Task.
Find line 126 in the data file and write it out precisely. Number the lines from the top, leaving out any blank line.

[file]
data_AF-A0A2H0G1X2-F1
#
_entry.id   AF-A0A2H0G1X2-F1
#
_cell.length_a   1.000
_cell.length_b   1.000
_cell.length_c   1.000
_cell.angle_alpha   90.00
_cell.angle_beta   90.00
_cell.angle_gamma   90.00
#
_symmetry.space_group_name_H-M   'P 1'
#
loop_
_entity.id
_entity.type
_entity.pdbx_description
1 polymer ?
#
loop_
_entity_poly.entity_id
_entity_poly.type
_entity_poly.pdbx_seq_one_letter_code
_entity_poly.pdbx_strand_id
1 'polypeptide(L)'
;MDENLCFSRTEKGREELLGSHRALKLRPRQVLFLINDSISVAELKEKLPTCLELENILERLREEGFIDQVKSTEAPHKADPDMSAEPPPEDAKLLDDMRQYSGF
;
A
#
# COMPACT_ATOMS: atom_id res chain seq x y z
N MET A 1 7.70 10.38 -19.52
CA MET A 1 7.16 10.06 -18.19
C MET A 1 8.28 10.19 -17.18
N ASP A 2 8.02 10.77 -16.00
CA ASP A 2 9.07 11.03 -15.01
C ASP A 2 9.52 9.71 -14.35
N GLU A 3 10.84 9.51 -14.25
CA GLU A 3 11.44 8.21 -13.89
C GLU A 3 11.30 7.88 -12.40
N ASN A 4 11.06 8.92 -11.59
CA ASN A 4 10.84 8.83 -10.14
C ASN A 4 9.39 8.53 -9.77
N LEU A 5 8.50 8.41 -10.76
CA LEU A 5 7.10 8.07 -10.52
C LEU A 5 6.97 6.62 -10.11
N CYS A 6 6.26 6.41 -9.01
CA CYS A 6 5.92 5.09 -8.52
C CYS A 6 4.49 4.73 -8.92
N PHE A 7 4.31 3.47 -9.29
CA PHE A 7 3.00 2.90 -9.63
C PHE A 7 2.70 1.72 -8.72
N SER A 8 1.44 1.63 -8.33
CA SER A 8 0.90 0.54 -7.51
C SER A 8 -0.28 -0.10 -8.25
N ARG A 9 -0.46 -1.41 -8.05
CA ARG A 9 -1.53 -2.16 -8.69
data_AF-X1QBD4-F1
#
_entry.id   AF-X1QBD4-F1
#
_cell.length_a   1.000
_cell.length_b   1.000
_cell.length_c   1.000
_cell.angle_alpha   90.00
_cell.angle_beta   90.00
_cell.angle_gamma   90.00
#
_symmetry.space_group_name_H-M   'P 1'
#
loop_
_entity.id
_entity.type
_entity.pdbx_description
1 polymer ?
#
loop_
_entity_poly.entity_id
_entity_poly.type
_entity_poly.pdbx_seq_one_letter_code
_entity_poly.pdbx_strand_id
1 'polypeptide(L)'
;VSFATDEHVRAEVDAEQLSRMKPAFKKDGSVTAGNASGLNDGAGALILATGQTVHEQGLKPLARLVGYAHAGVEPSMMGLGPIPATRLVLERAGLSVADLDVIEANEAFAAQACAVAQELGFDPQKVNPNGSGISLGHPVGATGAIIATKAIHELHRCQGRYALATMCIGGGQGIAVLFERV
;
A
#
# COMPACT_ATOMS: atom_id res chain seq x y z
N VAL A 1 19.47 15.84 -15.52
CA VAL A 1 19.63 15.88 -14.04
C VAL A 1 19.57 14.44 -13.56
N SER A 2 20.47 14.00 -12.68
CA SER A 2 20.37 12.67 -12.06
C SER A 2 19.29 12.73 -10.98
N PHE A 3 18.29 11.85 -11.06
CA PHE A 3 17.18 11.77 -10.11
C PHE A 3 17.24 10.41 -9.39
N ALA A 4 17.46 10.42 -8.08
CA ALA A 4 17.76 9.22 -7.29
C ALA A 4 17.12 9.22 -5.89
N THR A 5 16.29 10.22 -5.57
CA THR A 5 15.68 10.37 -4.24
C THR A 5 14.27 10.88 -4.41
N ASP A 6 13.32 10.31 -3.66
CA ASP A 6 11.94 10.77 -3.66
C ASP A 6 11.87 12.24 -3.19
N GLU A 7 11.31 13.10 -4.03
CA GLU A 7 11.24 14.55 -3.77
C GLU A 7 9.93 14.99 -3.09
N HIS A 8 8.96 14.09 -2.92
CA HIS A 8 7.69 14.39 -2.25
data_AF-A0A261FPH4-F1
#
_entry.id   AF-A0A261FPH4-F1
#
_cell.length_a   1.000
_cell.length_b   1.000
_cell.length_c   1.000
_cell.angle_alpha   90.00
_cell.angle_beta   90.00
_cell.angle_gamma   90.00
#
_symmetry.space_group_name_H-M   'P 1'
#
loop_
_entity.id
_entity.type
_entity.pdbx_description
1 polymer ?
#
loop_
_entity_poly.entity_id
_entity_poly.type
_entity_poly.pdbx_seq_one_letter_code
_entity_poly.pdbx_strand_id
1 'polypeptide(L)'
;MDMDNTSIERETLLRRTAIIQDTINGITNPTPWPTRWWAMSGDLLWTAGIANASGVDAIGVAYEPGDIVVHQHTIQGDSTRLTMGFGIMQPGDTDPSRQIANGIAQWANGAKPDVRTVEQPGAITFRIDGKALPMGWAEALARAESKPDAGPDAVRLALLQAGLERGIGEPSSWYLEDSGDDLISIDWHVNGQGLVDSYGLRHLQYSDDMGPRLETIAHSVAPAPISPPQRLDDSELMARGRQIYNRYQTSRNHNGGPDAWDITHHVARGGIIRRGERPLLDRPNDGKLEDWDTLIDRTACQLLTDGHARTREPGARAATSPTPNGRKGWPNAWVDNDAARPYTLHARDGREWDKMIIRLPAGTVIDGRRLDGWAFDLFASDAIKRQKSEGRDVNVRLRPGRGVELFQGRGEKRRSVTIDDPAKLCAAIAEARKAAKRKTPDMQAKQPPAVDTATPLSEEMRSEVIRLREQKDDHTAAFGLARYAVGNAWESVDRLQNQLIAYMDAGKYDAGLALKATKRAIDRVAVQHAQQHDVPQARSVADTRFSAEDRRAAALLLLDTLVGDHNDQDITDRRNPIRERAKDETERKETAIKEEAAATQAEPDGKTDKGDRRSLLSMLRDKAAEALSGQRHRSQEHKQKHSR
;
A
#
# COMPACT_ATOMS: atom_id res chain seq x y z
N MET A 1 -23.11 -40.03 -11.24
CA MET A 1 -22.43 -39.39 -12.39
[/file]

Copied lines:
_entity.pdbx_description